How fast is the coronavirus spreading in countries around the world? Our NodeXL #ddj mapping from September 14 to 20 finds data visualization designer Jan Willem Tulp simulating the speed of COVID-19 infections and German television news program ZDF heute mapping how the pandemic traversed the globe. Meanwhile, Thibi Recipes explores tutoring data journalism as if you’re following a cooking recipe, the Financial Times reports on climate extremes, and ICIJ and Buzzfeed bare suspect financial data.
How Fast COVID-19 Spreads
Want to get a glimpse of how fast the coronavirus is spreading by country around the world? Data viz designer Jan Willem Tulp created a cool (albeit scary) simulation project to show the speed of COVID-19 infections, both visually and through sound. The ticker-timer visualizations for the top three most affected countries — United States, India, and Brazil — are especially alarming.
🎉NEW — side project🎉 A simulation to get an intuitive sense of how fast #COVID19 is spreading in each country, see it, and hear it! You can customize the view too! Always loads the latest data from @OurWorldInData https://t.co/CbcYXMybac #dataviz pic.twitter.com/6oX6KorPhd
— Jan Willem Tulp (@JanWillemTulp) September 14, 2020
Japan’s Shrinking Population
The Financial Times took a look at Japan following the resignation of Premier Shinzo Abe, assessing the challenges facing his successor, Yoshihide Suga. One graphic from the story, produced by Chris Campbell, was particularly striking. It shows how Japan’s population has shrunk since the 1950s and how drastically the numbers are projected to ebb in the next eight decades.
— Josh Spero (@joshspero) September 15, 2020
Data Journalism Recipe
Inspired by the ubiquity of step-by-step cooking recipes, Thibi Recipes, a data and design consultancy based in Southeast Asia, wants to break down the process of data journalism in the same manner. Its first “data journalism recipe” walks journalists through the process of building a so-called scrollytelling map — that shows animated changes over time — using Google Sheets, Tableau, and Webflow.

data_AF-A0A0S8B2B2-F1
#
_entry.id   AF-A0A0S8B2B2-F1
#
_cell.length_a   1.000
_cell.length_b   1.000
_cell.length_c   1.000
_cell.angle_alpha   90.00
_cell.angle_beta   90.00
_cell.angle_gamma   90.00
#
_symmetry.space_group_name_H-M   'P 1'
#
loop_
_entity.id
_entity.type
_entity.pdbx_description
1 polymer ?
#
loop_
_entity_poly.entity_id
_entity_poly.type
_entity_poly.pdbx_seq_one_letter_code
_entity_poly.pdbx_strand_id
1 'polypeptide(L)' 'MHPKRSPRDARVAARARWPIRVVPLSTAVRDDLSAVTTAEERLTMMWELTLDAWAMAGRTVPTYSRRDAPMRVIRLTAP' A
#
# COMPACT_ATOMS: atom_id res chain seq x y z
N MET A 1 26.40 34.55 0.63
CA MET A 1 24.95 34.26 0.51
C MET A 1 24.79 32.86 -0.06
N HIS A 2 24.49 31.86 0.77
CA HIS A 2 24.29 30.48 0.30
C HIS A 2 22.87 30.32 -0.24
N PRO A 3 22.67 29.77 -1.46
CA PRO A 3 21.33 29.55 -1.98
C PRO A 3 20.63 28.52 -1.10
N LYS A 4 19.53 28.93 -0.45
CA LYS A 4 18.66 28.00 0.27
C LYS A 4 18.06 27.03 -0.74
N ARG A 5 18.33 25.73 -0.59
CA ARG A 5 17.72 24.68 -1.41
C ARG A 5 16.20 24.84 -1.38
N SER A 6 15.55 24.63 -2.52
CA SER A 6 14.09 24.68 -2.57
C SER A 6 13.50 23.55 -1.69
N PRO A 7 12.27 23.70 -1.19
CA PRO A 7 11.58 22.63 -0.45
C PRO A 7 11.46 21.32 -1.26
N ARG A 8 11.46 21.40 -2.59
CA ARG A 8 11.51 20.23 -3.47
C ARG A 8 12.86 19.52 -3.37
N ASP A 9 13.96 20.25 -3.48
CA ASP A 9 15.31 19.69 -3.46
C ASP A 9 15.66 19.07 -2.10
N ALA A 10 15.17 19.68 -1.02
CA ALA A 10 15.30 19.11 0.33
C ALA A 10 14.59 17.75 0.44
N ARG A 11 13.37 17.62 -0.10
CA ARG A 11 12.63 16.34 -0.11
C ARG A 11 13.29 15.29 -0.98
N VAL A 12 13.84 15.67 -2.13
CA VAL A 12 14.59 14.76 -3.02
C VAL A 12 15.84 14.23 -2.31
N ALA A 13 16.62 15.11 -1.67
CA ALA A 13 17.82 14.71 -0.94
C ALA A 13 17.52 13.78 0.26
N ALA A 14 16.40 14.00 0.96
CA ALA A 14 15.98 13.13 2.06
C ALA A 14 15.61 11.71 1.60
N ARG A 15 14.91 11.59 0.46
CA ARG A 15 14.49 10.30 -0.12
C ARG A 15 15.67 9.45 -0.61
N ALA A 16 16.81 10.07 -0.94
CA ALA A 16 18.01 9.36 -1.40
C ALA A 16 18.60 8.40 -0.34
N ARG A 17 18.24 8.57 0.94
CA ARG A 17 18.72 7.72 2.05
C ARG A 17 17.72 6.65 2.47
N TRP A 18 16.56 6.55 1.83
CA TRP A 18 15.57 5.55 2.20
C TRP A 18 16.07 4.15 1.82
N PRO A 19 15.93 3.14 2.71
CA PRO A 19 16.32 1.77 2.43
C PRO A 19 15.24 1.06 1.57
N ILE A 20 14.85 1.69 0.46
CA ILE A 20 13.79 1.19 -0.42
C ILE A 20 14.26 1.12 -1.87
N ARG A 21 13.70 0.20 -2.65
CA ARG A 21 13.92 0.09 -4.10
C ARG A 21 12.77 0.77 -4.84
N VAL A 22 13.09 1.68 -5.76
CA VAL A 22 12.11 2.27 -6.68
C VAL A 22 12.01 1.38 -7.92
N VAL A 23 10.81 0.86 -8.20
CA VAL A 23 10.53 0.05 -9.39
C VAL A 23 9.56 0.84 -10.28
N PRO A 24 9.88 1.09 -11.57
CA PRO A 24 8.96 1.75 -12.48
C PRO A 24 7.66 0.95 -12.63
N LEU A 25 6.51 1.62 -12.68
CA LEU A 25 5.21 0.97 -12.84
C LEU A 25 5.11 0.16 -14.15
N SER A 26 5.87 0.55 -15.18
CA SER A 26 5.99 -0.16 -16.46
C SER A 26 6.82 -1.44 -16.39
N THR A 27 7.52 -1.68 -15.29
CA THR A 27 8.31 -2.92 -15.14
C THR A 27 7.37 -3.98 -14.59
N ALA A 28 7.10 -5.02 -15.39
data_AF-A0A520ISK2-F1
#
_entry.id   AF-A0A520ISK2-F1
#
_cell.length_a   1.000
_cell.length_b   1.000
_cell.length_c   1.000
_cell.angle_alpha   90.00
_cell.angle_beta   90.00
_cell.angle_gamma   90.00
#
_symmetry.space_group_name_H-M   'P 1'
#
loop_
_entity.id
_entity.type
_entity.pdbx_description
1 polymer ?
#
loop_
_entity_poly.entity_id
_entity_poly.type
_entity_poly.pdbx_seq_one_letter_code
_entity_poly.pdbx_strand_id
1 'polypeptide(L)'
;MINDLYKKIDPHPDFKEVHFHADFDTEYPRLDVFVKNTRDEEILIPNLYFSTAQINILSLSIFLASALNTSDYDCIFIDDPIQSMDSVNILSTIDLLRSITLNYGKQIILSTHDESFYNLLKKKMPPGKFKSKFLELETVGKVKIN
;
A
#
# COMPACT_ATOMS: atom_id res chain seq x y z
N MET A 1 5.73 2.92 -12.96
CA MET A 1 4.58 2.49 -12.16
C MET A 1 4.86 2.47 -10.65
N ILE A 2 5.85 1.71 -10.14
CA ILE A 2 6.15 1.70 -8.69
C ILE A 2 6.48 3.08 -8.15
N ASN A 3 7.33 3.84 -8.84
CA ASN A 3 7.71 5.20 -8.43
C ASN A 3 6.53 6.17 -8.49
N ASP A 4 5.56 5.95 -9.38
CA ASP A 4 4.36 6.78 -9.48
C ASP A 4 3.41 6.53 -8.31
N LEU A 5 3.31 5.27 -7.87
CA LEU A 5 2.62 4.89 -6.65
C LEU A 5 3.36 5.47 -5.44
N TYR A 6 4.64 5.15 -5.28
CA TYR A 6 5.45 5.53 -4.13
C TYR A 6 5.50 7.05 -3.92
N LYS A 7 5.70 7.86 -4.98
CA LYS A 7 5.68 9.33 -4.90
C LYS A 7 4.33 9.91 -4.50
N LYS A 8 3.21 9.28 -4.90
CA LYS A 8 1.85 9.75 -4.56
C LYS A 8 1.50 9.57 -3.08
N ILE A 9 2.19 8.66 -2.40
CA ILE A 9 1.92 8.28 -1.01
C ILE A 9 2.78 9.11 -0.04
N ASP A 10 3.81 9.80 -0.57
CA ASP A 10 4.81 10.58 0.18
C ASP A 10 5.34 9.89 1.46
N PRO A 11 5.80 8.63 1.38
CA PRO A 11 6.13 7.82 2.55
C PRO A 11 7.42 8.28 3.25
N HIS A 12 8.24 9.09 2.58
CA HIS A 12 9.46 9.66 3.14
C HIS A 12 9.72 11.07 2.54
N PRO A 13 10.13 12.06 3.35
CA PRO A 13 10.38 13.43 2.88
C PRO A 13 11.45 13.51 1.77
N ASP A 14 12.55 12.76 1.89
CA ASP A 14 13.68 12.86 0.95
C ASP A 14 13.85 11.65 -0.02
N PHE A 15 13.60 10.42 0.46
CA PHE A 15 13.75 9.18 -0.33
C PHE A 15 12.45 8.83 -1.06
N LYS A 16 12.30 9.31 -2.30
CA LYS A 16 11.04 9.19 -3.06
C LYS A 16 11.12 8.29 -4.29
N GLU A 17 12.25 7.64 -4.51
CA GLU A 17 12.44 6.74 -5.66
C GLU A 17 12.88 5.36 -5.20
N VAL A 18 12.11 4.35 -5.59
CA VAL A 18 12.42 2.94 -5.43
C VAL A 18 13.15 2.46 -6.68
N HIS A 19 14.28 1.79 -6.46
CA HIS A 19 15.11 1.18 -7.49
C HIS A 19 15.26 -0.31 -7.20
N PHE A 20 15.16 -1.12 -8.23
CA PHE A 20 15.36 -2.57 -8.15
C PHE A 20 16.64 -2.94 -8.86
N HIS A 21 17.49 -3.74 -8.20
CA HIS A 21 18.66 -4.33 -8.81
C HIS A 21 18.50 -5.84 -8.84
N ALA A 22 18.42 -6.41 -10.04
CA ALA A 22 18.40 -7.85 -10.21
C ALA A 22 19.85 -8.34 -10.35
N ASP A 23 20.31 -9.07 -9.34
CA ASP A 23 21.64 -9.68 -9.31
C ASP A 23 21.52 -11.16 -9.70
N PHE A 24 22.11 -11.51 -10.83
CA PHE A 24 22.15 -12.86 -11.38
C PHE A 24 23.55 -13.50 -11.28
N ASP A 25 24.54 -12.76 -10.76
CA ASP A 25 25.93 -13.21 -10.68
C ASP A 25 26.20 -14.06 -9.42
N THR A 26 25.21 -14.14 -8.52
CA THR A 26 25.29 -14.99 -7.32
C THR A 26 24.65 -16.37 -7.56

The concept of Thibi Recipes (https://t.co/Vq6IFrPbZm) is also very interesting: Similar to the meal subscription service Blue Apron, which teaches users to cook gourmet meals, the website (still in beta) provides step-by-step guides for users to create data journalism projects.
— Yaling Jiang (@yaling_jiang) September 18, 2020
“Where we really see the clearest and biggest sign of climate change is in extreme temperatures,” Friederike Otto, head of the Environmental Change Institute at the University of Oxford, told the Financial Times. The newspaper visualized anomalies in surface temperatures compared to historical temperatures across the globe, and the results showed that most of the world is warming up.
Animation showing how smoke from the wildfires on the west coast of the US is affecting areas as far away as New York, and even northern Europe
— Steven Bernard (@sdbernard) September 17, 2020
Take 110 media partners in 88 countries, led by the International Consortium of Investigative Journalists and BuzzFeed News. Throw in thousands of leaked US financial intelligence reports, and then mix for 16 months. What do you get? The latest big data leak-infused financial scandal, showing how banks and regulators allowed dirty money to flow unchecked around the globe despite evident red flags. Explore the FinCEN Files data and some of the notorious names linked to the reports, including Paul Manafort and embattled Brazilian firm Odebrecht.